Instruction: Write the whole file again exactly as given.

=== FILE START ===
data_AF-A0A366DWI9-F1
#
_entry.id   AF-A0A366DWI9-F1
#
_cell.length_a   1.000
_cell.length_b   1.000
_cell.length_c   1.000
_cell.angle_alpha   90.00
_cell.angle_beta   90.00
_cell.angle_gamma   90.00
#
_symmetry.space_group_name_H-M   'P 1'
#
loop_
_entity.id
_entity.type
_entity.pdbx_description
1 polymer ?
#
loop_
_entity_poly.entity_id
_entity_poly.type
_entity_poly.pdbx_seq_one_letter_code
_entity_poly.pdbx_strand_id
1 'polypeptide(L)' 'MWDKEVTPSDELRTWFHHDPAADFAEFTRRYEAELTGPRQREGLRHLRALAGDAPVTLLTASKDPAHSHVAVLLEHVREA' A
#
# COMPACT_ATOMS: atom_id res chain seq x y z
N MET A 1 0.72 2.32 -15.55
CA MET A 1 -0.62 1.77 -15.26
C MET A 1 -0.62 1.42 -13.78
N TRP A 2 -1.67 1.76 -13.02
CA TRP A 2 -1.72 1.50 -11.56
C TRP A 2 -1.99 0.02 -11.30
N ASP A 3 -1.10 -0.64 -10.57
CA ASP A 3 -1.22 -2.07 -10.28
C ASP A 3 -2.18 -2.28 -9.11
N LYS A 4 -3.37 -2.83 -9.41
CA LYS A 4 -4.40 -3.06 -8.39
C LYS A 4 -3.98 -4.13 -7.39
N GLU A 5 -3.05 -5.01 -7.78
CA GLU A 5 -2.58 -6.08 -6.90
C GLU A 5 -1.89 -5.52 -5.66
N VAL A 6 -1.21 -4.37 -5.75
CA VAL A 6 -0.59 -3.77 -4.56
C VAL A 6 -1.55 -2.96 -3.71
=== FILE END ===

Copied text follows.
data_AF-A0A366DWI9-F1
#
_entry.id   AF-A0A366DWI9-F1
#
_cell.length_a   1.000
_cell.length_b   1.000
_cell.length_c   1.000
_cell.angle_alpha   90.00
_cell.angle_beta   90.00
_cell.angle_gamma   90.00
#
_symmetry.space_group_name_H-M   'P 1'
#
loop_
_entity.id
_entity.type
_entity.pdbx_description
1 polymer ?
#
loop_
_entity_poly.entity_id
_entity_poly.type
_entity_poly.pdbx_seq_one_letter_code
_entity_poly.pdbx_strand_id
1 'polypeptide(L)' 'MWDKEVTPSDELRTWFHHDPAADFAEFTRRYEAELTGPRQREGLRHLRALAGDAPVTLLTASKDPAHSHVAVLLEHVREA' A
#
# COMPACT_ATOMS: atom_id res chain seq x y z
N MET A 1 0.72 2.32 -15.55
CA MET A 1 -0.62 1.77 -15.26
C MET A 1 -0.62 1.42 -13.78
N TRP A 2 -1.67 1.76 -13.02
CA TRP A 2 -1.72 1.50 -11.56
C TRP A 2 -1.99 0.02 -11.30
N ASP A 3 -1.10 -0.64 -10.57
CA ASP A 3 -1.22 -2.07 -10.28
C ASP A 3 -2.18 -2.28 -9.11
N LYS A 4 -3.37 -2.83 -9.41
CA LYS A 4 -4.40 -3.06 -8.39
C LYS A 4 -3.98 -4.13 -7.39
N GLU A 5 -3.05 -5.01 -7.78
CA GLU A 5 -2.58 -6.08 -6.90
C GLU A 5 -1.89 -5.52 -5.66
N VAL A 6 -1.21 -4.37 -5.75
CA VAL A 6 -0.59 -3.77 -4.56
C VAL A 6 -1.55 -2.96 -3.71